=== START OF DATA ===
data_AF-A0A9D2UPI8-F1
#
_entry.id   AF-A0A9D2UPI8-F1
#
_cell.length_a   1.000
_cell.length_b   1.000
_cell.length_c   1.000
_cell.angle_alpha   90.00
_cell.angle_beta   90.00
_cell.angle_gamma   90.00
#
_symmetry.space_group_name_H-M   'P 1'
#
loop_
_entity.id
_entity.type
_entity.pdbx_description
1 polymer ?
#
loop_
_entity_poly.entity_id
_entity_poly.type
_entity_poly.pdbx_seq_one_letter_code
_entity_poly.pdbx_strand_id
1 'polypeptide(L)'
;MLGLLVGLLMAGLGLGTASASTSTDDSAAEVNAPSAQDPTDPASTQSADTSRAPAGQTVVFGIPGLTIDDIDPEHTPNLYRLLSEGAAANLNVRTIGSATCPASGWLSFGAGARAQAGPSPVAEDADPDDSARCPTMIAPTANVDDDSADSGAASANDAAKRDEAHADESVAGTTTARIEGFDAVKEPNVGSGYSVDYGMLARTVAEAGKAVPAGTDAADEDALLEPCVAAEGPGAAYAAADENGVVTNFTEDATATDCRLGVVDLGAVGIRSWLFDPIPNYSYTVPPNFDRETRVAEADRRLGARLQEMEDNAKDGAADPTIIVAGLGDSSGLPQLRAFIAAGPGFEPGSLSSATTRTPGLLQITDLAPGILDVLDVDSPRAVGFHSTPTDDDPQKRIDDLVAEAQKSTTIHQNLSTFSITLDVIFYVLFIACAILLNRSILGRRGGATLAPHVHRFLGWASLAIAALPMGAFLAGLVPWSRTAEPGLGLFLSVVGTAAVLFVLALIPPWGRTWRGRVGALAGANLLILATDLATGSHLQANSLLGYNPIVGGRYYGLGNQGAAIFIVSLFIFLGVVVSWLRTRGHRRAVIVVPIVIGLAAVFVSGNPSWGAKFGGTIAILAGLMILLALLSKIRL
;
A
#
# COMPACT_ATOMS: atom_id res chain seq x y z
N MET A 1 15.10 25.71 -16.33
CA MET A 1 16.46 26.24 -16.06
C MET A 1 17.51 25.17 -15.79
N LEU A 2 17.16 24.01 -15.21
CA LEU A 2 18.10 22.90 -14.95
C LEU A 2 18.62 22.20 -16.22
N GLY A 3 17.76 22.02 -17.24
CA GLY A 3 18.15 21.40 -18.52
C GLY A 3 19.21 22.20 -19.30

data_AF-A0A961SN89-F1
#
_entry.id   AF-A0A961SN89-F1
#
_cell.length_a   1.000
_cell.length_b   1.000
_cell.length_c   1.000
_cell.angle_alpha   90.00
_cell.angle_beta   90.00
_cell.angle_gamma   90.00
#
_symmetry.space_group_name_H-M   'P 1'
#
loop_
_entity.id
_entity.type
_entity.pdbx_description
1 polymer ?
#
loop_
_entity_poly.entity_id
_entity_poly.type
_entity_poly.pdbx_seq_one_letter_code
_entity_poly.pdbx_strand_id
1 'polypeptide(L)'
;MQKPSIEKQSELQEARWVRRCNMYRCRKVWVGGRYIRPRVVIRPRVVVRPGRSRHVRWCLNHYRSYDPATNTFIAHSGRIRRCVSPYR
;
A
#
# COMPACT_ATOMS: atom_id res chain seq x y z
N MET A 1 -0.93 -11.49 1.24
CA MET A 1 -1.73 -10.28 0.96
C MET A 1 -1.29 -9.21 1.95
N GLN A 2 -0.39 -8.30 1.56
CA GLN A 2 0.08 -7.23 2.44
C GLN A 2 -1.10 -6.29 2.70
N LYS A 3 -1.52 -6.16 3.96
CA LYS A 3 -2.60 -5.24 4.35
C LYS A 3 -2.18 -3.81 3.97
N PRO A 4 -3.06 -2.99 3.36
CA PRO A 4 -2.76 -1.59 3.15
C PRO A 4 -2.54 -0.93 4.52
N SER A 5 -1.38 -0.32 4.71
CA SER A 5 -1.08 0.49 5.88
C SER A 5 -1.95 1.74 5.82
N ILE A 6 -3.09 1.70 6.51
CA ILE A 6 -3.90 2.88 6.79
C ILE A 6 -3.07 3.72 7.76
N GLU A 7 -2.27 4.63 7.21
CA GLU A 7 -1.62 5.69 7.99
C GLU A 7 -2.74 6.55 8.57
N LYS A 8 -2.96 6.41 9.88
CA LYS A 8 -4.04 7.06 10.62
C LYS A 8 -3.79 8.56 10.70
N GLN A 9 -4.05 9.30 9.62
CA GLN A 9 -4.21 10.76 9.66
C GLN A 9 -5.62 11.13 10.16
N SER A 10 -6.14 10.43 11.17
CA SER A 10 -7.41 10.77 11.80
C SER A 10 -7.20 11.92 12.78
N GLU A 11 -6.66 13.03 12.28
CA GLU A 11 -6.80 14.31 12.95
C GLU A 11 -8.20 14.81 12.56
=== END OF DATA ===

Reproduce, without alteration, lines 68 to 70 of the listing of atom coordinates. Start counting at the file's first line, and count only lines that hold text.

#
# COMPACT_ATOMS: atom_id res chain seq x y z
N MET A 1 -0.93 -11.49 1.24